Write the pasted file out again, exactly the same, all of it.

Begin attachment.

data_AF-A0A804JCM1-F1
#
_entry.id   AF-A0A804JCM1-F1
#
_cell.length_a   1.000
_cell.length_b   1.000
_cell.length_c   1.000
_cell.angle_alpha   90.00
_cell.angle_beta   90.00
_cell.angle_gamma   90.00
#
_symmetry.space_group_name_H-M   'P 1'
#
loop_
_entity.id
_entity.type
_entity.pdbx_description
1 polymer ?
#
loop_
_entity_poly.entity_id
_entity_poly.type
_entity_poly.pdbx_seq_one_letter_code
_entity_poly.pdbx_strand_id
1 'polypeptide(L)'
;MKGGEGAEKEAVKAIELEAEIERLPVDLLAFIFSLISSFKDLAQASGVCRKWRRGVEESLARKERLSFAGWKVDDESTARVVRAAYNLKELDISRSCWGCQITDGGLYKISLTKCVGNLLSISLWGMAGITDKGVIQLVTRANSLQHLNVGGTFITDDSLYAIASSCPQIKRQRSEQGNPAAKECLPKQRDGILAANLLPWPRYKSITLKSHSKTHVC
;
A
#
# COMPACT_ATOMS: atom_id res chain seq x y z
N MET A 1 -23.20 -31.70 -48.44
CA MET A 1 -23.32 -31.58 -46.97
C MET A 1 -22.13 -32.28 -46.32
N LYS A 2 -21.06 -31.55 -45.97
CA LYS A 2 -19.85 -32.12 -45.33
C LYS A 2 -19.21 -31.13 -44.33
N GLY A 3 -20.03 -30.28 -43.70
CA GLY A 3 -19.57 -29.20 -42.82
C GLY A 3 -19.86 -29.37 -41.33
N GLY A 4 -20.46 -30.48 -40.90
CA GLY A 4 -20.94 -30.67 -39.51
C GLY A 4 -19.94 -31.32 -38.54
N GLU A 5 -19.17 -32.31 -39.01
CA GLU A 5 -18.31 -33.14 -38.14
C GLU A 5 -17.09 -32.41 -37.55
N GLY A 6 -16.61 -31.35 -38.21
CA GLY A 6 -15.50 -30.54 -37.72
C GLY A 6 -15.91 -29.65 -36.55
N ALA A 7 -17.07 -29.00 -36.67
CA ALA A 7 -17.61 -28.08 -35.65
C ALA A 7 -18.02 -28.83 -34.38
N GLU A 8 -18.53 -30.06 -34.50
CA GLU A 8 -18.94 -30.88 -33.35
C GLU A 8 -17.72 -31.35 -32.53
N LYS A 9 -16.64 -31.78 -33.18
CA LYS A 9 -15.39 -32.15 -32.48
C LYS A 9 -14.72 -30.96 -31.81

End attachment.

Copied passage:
data_AF-A0A804JCM1-F1
#
_entry.id   AF-A0A804JCM1-F1
#
_cell.length_a   1.000
_cell.length_b   1.000
_cell.length_c   1.000
_cell.angle_alpha   90.00
_cell.angle_beta   90.00
_cell.angle_gamma   90.00
#
_symmetry.space_group_name_H-M   'P 1'
#
loop_
_entity.id
_entity.type
_entity.pdbx_description
1 polymer ?
#
loop_
_entity_poly.entity_id
_entity_poly.type
_entity_poly.pdbx_seq_one_letter_code
_entity_poly.pdbx_strand_id
1 'polypeptide(L)'
;MKGGEGAEKEAVKAIELEAEIERLPVDLLAFIFSLISSFKDLAQASGVCRKWRRGVEESLARKERLSFAGWKVDDESTARVVRAAYNLKELDISRSCWGCQITDGGLYKISLTKCVGNLLSISLWGMAGITDKGVIQLVTRANSLQHLNVGGTFITDDSLYAIASSCPQIKRQRSEQGNPAAKECLPKQRDGILAANLLPWPRYKSITLKSHSKTHVC
;
A
#
# COMPACT_ATOMS: atom_id res chain seq x y z
N MET A 1 -23.20 -31.70 -48.44
CA MET A 1 -23.32 -31.58 -46.97
C MET A 1 -22.13 -32.28 -46.32
N LYS A 2 -21.06 -31.55 -45.97
CA LYS A 2 -19.85 -32.12 -45.33
C LYS A 2 -19.21 -31.13 -44.33
N GLY A 3 -20.03 -30.28 -43.70
CA GLY A 3 -19.57 -29.20 -42.82
C GLY A 3 -19.86 -29.37 -41.33
N GLY A 4 -20.46 -30.48 -40.90
CA GLY A 4 -20.94 -30.67 -39.51
C GLY A 4 -19.94 -31.32 -38.54
N GLU A 5 -19.17 -32.31 -39.01
CA GLU A 5 -18.31 -33.14 -38.14
C GLU A 5 -17.09 -32.41 -37.55
N GLY A 6 -16.61 -31.35 -38.21
CA GLY A 6 -15.50 -30.54 -37.72
C GLY A 6 -15.91 -29.65 -36.55
N ALA A 7 -17.07 -29.00 -36.67
CA ALA A 7 -17.61 -28.08 -35.65
C ALA A 7 -18.02 -28.83 -34.38
N GLU A 8 -18.53 -30.06 -34.50
CA GLU A 8 -18.94 -30.88 -33.35
C GLU A 8 -17.72 -31.35 -32.53
N LYS A 9 -16.64 -31.78 -33.18
CA LYS A 9 -15.39 -32.15 -32.48
C LYS A 9 -14.72 -30.96 -31.81